[ In practice it is possible to compensate for the color shift that results in viewing the media under non-D50 illumination or using a non 1931_2 observer, or allowing for FWA effects without severe incompatibility because all rendering intents except absolute rendering normalize to the media color, rendering the media white as white, even though the absolute values are not measured using a D50 illuminant. ]

Using FWA compensation for single, general use profiles

For creating ICC profiles that will be interchanged with other unknown ICC profiles, or used with non-print source or destination profiles, there is less flexibility, since ICC profiles by convention assume that all media is being viewed under D50 illumination. The implication of this is that to be fully interchangeable, it's not really possible to make the profile for your actual viewing environment. Note that the D50 values that are calculated without FWA compensation do not actually reflect the appearance of a media under real D50, because they fail to take into account the different levels of FWA activity between the illumination using by the instrument to measure the media, and real D50. To allow for this and actually meet the letter of the ICC specifications, FWA compensation should ideally be used when building a interchangeable ICC profile, by selecting the D50 illuminant, and the 1931_2 observer model (ISO 13655:2009 M1). Note however that unless you are interchanging with profiles made using M1 measurement mode data, that this is likely to make profiles less interchangeable rather than more, since few if any profiles made with older instruments will represent the appearance under real D50, since few if any of those instruments use a real D50 illuminant that will trigger the correct level of FWA response, and few if any other packages will compensate for the differences in FWA activity between the instrument illuminant used and real D50 (ie. most instruments return M0 measurements by default, and older instruments are generally not capable of M1 measurement).

Similarly, the effects of viewing the media in an environment with a UV filter fitted over the D50 illuminant can be simulated by using FWA compensation with the D50M2 illuminant, and the 1931_2 observer, thereby simulating the results one would get if the media had been measured with a "UV cut" type instrument, although such profiles are not technically ICC compatible.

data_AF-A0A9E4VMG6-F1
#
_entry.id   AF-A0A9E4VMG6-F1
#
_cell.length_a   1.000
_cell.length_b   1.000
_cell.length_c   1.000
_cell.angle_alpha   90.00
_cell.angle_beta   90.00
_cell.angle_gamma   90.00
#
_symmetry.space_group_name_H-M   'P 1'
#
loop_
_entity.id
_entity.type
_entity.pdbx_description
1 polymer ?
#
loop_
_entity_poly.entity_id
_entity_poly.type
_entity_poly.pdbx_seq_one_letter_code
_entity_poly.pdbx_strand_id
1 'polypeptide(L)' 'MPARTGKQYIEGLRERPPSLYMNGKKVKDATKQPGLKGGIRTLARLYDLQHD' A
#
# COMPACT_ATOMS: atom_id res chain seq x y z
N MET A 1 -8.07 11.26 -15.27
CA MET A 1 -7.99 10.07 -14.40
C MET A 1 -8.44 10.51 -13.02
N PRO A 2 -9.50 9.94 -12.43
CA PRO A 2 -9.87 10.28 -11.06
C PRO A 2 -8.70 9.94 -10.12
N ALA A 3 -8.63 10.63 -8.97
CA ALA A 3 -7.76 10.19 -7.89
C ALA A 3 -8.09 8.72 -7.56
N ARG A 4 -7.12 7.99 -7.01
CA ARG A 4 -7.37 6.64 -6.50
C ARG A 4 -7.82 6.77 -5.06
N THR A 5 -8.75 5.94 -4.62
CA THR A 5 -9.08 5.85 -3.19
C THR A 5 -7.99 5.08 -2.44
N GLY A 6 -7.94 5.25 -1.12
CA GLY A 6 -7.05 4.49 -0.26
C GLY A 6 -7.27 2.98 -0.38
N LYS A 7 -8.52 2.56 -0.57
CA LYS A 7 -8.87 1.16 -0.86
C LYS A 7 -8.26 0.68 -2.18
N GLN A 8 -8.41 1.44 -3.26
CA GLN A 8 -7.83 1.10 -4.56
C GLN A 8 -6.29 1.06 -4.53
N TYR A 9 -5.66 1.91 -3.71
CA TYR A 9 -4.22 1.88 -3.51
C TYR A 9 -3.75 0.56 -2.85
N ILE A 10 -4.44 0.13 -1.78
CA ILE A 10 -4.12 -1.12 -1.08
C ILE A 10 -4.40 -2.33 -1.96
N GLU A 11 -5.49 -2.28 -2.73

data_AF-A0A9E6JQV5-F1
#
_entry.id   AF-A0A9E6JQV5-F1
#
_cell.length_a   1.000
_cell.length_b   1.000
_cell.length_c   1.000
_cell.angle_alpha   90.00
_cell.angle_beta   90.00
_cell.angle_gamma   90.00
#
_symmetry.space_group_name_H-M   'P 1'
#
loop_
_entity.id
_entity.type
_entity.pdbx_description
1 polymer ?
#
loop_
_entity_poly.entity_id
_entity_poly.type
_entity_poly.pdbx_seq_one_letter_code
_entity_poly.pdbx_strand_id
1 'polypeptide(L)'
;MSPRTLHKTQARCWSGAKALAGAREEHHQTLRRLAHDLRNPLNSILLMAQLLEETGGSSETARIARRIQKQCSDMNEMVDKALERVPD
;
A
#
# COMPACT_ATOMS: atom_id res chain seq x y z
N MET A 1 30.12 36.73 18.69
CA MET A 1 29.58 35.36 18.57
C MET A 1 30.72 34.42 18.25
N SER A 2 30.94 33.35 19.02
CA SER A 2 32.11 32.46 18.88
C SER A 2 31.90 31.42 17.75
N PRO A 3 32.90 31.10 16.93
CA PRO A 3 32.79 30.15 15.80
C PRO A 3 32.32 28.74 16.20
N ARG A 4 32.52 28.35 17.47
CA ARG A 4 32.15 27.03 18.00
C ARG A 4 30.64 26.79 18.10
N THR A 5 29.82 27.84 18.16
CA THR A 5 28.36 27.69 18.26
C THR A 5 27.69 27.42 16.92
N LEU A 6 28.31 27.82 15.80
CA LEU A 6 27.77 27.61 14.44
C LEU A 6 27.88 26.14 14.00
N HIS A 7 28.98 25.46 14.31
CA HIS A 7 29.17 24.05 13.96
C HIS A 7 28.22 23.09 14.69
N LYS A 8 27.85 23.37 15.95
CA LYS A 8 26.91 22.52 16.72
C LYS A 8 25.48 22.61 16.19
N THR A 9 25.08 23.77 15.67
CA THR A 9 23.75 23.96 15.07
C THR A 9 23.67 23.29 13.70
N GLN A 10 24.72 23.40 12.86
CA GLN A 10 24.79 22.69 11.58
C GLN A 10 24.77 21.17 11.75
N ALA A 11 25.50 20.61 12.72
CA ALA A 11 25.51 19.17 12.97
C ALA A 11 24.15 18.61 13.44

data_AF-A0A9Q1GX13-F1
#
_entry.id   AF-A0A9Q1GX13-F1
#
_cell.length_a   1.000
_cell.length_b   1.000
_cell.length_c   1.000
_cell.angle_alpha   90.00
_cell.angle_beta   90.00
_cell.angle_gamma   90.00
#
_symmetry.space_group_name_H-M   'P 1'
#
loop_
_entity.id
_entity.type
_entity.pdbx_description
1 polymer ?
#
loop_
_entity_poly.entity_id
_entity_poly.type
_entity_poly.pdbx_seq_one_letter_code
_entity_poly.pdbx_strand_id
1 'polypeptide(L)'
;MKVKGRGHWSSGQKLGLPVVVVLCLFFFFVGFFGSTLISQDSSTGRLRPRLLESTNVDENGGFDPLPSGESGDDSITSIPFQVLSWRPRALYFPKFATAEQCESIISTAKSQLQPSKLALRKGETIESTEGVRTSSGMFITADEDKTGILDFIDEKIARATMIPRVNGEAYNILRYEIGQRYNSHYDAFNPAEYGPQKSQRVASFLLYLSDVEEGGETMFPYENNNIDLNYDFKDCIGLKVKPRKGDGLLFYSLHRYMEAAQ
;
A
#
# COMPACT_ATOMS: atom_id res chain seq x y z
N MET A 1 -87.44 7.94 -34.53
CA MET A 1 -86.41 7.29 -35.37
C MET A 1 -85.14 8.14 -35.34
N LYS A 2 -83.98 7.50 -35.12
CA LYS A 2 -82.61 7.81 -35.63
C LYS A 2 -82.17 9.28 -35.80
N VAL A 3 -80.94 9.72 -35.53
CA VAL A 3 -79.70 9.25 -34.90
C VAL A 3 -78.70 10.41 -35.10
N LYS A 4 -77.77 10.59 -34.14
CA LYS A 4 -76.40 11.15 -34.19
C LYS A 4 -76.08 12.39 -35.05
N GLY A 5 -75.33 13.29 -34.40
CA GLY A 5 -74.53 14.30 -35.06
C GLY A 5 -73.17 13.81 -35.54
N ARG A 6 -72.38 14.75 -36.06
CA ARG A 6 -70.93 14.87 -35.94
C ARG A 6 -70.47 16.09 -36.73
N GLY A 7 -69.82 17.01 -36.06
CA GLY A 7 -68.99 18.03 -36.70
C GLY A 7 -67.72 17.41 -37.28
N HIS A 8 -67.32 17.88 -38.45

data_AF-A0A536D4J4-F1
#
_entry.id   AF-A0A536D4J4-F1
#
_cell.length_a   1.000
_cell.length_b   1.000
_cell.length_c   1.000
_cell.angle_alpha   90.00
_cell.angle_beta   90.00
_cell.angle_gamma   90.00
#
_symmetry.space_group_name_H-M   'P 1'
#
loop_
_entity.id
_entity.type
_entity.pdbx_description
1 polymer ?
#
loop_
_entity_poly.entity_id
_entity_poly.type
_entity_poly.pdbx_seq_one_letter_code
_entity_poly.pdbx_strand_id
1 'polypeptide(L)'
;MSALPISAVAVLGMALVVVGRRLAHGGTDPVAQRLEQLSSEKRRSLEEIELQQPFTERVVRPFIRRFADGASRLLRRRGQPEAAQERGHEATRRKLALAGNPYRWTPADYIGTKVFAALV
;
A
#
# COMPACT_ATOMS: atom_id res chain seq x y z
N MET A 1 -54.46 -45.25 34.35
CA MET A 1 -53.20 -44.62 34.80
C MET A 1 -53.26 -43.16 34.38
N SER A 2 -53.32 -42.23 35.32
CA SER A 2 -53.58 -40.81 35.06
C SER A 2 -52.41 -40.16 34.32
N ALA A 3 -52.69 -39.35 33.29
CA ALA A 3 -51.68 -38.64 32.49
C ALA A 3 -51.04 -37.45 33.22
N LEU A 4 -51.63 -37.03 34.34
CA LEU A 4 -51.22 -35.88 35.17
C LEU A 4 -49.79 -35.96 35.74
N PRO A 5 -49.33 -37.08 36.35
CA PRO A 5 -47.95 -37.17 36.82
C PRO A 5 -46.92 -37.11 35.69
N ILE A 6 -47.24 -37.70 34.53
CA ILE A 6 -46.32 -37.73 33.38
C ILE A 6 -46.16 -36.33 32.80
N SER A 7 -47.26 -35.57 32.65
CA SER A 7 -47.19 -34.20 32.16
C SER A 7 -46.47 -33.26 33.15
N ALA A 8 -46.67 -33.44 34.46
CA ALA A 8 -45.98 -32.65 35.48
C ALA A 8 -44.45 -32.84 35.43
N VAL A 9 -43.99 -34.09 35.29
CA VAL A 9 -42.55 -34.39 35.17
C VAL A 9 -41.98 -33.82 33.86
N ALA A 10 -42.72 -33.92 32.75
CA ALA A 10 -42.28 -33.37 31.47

Measuring the illuminant

For FWA compensation to work well, it is necessary to know what the spectral shape of the illuminant used for viewing is. While many instruments provide an illuminant measurement capability over the visible spectrum, for FWA compensation it is desirable to know the Ultra Violet (UV) component of the illuminant. Few color instruments are capable of reading to such short wavelengths though (the JETI specbos 1211 is an exception). Argyll provides an indirect way of estimating the UV component of an illuminant using its illumread utility. Using illumread in combination with FWA compensation is the recommended approach to modelling real world appearance of paper containing FWA.

FWA myths

Amongst the user (and to some degree) vendor community, there has been a widely held belief that the solution to fluorescent whitener affecting color profiles is to simply use a UV filter fitted instrument. Exactly what the origin of the legend is, is hard to tell. Possibly it is a misinterpretation of the  ANSI CGATS.5-1993 Annex B recommendations for measuring the impact of fluorescent effects, a translation of some of paper whiteness measurement standards into the color profiling world, or possibly in some common situations, if the viewing environment is very poor in UV, then adding a UV filter to the tungsten instrument illuminant makes for a better instrument/viewing illuminant match. There seems to be no scientific or practical basis for believing that a UV filter fitted instrument magically makes all FWA induced problems go away.

Instrument UV filters

Note that to be able to measure the FWA in the paper, the instrument has to be able to trigger Fluorescence, which it cannot do if it is fitted with a UV filter, or uses a light source that emits no UV (e.g. a normal white LED). So UV excluded instruments are not suitable for use with FWA compensation.